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F-1 Visas for International Students Studying in the United States

Purpose of an F-1 Student Visa

The F-1 classification is for foreign-born academic students studying in the United States.

To obtain an F-1 Student Visa while living abroad, you must:

  • Apply and be accepted to the school where you want to study;
  • Obtain a Form I-20, Certificate of Eligibility for Nonimmigrant (F-1) Student Status, from the school that has accepted you; and
  • Make an appointment with your local United States consulate to receive approval for your F-1 visa.

Having an approved visa does not mean you will be allowed to enter the United States. A visa allows you to travel to a United States port of entry and request permission to enter. When you arrive at a United States port of entry, an official from Customs and Border Protection (CBP) will grant or deny your admission into the Untied States. If you are granted admission, the CBP official will mark the length of your stay on your Form I-94, Arrival and Departure Card, as D/S for "duration of status." This means that you may remain in the United States as long as you continue your course of study.

Applying for an F-1 Student Visa

To qualify for an F-1 visa, you must:

  • Show evidence that you have been accepted by a school approved by Immigration and Customs Enforcement in compliance with the SEVIS program (Form I-20, Certificate of Eligibility for Nonimmigrant (F-1) Student Status);
  • Show evidence that you are qualified for your intended course of study;
  • Show evidence that you are proficient in English or that you are receiving training to become proficient in English (unless the school can show why English is not important);
  • Show evidence of residence in your home country and no intention of abandoning it;
  • Show evidence that you have sufficient funds to attend school and live in the United States during your course of study; and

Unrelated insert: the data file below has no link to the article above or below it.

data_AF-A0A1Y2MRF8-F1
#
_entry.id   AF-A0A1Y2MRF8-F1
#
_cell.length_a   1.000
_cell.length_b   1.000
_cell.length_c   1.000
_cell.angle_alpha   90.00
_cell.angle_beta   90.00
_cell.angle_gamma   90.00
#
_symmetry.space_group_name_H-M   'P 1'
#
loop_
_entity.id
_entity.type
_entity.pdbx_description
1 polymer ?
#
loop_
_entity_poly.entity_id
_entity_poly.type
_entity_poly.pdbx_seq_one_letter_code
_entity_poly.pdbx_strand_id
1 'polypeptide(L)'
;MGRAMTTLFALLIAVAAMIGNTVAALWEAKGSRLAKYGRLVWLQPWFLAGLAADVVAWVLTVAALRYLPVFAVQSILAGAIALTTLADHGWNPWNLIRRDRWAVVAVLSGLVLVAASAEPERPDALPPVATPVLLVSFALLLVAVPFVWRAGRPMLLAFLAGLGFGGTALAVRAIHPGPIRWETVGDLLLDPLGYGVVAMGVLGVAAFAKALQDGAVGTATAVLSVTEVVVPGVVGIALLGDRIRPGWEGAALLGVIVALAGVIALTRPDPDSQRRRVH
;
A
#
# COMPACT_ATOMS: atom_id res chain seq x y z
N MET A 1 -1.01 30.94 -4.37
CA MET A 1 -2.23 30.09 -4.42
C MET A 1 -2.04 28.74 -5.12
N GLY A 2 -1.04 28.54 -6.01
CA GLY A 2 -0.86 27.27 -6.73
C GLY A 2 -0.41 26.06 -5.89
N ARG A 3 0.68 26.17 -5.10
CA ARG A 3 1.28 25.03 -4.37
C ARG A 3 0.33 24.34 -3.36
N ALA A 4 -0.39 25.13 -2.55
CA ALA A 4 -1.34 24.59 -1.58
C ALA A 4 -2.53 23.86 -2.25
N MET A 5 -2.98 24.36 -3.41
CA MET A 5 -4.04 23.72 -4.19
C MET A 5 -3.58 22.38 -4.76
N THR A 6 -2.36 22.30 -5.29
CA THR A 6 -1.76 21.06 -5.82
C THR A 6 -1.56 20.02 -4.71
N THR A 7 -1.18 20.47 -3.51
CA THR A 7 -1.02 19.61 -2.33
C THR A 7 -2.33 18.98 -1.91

• Show that you have not applied for attendance at a public elementary school or a publicly funded adult education program.

The consular officer will verify your Form I-20, Certificate of Eligibility for Nonimmigrant (F-1) Student Status and check to see that your data has been entered into the SEVIS system. If the school has not entered your data into the SEVIS system, the consular officer will deny your request for an F-1 visa.

The consular officer may not issue your F-1 visa more than 120 days before your course of study starts. You may not enter the United States more than 30 days before your course of study starts.

F-2 Visas for Family Members of F-1 Students

Spouses and unmarried children under the age of 21 are allowed to accompany F-1 student visa holders on F-2 status.  An F-2 visa holder may stay in the U.S. as long as the F-1 student visa holder remains in valid status.  An F-2 visa holder may not work in the U.S.

Parents, fiancés, friends, and other relatives of an F-1 student must apply for B-2 visitor visa.

News and Resources

U.S. Government Web Sites - Visas for F-1 International Students

USCIS - Students and Exchange Visitors

USCIS - Students and Employment

ICE Updates List of SEVP Approved Schools - Jan. 22, 2010 (PDF)

USCIS Public Notice - Filing Change for Form I-539 Application for Extension/Change of Nonimmigrant Status for the Purpose of Student Reinstatement - Oct. 25, 2006 (PDF)

U.S. Dept. of State - Student Visas

U.S. Dept. of State - Foreign Students (F-1) in Public Schools

U.S. Dept. of State Cable - Student Visa Processing

U.S. Dept. of State Cable - Validity of Student Visas Subsequent to a Break in Studies

U.S. Dept. of State Guide to U.S. Higher Education

U.S. Dept. of State - Foreign Affairs Manual - Students Visas (PDF)

Student and Exchange Visitor Program

SEVIS Fee Processing Web Site

CRS Report - Foreign Students in the United States - Oct. 11, 2006 (PDF)

Other Resources for International Students Who Want to Study in the United States

University of Montana - Missoula - Preparing for your F-1 Student Visa Interview

NAFSA - 10 Points to Remember When Applying for a Nonimmigrant Visa

NAFSA - International Students Seeking to Study in the United States

Association of International Educators

International Education Service

Institute of International Education

U.S. Journal of Academics

Immigration News - International Students

Open Doors Wider for Skilled Immigrants - Business Week - Jan. 4, 2007

For Foreign Students in US, Financial Aid is Limited - Voice of America - Jan. 3, 2007 (link to audio)

Catch F-2 for Spouses of Foreign Students - Business Week - Nov. 29, 2006

U.S. Eases Visa Process to Encourage Chinese Students - NPR - Nov. 23, 2006 (link to audio)